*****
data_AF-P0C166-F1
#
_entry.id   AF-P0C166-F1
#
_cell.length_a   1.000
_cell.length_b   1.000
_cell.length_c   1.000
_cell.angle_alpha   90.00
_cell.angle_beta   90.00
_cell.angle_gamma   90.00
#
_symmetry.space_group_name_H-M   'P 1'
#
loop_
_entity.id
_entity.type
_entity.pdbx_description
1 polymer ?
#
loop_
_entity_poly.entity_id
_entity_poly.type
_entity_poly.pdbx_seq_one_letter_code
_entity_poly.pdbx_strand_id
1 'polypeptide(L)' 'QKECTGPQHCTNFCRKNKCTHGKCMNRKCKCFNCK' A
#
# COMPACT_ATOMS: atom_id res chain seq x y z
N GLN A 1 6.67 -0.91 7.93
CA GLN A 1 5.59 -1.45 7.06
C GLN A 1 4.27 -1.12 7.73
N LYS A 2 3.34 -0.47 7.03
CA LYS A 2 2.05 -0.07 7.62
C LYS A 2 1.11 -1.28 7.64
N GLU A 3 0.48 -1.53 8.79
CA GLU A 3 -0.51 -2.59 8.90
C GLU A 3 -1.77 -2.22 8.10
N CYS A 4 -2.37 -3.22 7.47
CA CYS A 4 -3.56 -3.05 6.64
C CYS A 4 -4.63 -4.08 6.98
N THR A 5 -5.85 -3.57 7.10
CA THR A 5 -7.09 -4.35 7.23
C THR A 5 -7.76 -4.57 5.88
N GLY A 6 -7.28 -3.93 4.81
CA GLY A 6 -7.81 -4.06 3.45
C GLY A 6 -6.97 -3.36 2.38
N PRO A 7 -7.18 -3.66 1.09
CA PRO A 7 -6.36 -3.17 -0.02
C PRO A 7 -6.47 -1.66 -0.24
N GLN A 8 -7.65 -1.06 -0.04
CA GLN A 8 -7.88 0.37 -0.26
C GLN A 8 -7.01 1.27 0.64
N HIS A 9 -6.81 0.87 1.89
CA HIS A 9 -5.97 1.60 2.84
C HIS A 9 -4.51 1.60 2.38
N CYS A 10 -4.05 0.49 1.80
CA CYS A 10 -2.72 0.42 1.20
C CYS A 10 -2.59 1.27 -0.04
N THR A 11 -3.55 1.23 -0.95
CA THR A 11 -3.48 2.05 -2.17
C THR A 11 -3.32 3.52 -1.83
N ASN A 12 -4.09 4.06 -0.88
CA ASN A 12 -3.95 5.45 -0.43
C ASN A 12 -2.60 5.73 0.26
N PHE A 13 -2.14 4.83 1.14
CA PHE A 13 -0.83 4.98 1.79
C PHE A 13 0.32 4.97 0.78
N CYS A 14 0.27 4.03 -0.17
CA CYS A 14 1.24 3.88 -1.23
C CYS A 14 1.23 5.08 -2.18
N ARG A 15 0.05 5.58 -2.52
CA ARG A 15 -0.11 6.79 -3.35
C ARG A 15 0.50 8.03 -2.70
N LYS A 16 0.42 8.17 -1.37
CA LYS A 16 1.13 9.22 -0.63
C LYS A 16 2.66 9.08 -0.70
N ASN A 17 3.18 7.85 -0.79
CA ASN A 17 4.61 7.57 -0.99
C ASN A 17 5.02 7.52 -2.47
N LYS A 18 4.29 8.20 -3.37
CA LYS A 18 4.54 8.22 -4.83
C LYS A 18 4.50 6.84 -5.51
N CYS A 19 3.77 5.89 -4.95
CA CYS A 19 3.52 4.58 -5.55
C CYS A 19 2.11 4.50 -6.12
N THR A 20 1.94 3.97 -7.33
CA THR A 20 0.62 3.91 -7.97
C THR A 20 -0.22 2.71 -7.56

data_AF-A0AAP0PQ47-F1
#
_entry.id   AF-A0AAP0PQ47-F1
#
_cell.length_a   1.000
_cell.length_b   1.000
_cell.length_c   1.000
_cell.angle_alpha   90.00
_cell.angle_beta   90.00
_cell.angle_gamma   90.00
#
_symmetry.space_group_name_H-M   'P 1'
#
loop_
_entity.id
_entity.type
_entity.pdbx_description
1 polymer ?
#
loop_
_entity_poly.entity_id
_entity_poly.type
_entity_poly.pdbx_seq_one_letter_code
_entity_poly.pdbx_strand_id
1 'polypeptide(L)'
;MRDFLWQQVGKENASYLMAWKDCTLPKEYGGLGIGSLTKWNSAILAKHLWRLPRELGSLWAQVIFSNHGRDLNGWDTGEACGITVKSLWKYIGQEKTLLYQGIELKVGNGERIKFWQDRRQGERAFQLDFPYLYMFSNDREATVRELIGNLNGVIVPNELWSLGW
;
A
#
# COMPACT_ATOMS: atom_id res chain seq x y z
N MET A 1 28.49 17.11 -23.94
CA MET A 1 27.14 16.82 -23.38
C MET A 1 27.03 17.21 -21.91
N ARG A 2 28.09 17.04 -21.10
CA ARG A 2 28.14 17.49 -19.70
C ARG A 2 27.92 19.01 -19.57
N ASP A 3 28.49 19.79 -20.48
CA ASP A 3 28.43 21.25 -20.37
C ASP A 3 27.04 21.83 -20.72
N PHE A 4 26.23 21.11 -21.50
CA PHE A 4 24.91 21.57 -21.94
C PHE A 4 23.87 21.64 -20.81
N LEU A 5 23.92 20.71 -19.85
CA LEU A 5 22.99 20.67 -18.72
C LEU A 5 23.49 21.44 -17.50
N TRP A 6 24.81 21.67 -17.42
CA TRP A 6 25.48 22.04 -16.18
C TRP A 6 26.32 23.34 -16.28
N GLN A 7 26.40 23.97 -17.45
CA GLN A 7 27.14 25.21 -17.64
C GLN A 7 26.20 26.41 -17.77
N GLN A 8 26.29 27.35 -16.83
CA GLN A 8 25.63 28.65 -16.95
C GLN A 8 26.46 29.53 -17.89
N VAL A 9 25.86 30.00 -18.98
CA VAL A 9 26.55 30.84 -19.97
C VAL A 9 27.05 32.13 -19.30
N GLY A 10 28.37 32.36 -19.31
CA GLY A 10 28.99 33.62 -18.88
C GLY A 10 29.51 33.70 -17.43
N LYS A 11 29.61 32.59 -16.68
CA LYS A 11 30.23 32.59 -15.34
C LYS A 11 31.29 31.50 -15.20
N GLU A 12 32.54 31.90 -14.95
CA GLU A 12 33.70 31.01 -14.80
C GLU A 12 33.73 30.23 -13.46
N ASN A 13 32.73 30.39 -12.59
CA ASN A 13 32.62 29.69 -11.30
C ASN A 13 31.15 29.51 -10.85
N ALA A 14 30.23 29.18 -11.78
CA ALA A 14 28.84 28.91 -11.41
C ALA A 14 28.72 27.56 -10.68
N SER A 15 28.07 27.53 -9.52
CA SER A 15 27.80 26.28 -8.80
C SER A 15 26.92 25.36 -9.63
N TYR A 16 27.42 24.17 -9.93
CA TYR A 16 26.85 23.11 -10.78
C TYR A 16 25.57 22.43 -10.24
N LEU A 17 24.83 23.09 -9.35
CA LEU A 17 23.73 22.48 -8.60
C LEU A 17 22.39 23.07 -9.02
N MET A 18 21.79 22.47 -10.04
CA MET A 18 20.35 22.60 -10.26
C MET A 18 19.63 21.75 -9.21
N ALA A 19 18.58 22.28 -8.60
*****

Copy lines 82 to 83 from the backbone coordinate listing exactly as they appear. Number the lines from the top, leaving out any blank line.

N CYS A 19 3.77 5.89 -4.95
CA CYS A 19 3.52 4.58 -5.55